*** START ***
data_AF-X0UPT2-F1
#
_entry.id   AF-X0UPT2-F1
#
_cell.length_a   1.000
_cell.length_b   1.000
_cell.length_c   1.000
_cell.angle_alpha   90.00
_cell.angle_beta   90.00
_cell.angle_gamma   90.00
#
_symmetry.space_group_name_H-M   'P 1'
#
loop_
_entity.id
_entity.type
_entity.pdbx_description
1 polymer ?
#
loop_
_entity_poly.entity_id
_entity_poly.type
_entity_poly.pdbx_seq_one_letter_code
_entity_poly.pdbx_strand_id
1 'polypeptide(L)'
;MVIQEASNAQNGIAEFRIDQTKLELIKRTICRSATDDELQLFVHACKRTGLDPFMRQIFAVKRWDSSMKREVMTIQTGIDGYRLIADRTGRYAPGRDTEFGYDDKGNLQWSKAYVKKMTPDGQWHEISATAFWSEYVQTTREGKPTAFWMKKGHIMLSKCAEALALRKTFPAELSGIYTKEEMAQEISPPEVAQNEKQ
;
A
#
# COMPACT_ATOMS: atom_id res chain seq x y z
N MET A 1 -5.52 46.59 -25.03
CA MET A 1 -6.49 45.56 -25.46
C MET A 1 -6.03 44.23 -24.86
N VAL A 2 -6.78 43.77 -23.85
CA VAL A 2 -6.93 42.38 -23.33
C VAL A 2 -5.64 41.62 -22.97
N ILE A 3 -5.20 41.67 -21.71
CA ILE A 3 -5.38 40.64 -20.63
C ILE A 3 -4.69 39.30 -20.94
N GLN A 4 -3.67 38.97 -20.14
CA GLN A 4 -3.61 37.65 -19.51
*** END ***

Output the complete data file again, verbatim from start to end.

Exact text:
data_AF-X0UPT2-F1
#
_entry.id   AF-X0UPT2-F1
#
_cell.length_a   1.000
_cell.length_b   1.000
_cell.length_c   1.000
_cell.angle_alpha   90.00
_cell.angle_beta   90.00
_cell.angle_gamma   90.00
#
_symmetry.space_group_name_H-M   'P 1'
#
loop_
_entity.id
_entity.type
_entity.pdbx_description
1 polymer ?
#
loop_
_entity_poly.entity_id
_entity_poly.type
_entity_poly.pdbx_seq_one_letter_code
_entity_poly.pdbx_strand_id
1 'polypeptide(L)'
;MVIQEASNAQNGIAEFRIDQTKLELIKRTICRSATDDELQLFVHACKRTGLDPFMRQIFAVKRWDSSMKREVMTIQTGIDGYRLIADRTGRYAPGRDTEFGYDDKGNLQWSKAYVKKMTPDGQWHEISATAFWSEYVQTTREGKPTAFWMKKGHIMLSKCAEALALRKTFPAELSGIYTKEEMAQEISPPEVAQNEKQ
;
A
#
# COMPACT_ATOMS: atom_id res chain seq x y z
N MET A 1 -5.52 46.59 -25.03
CA MET A 1 -6.49 45.56 -25.46
C MET A 1 -6.03 44.23 -24.86
N VAL A 2 -6.78 43.77 -23.85
CA VAL A 2 -6.93 42.38 -23.33
C VAL A 2 -5.64 41.62 -22.97
N ILE A 3 -5.20 41.67 -21.71
CA ILE A 3 -5.38 40.64 -20.63
C ILE A 3 -4.69 39.30 -20.94
N GLN A 4 -3.67 38.97 -20.14
CA GLN A 4 -3.61 37.65 -19.51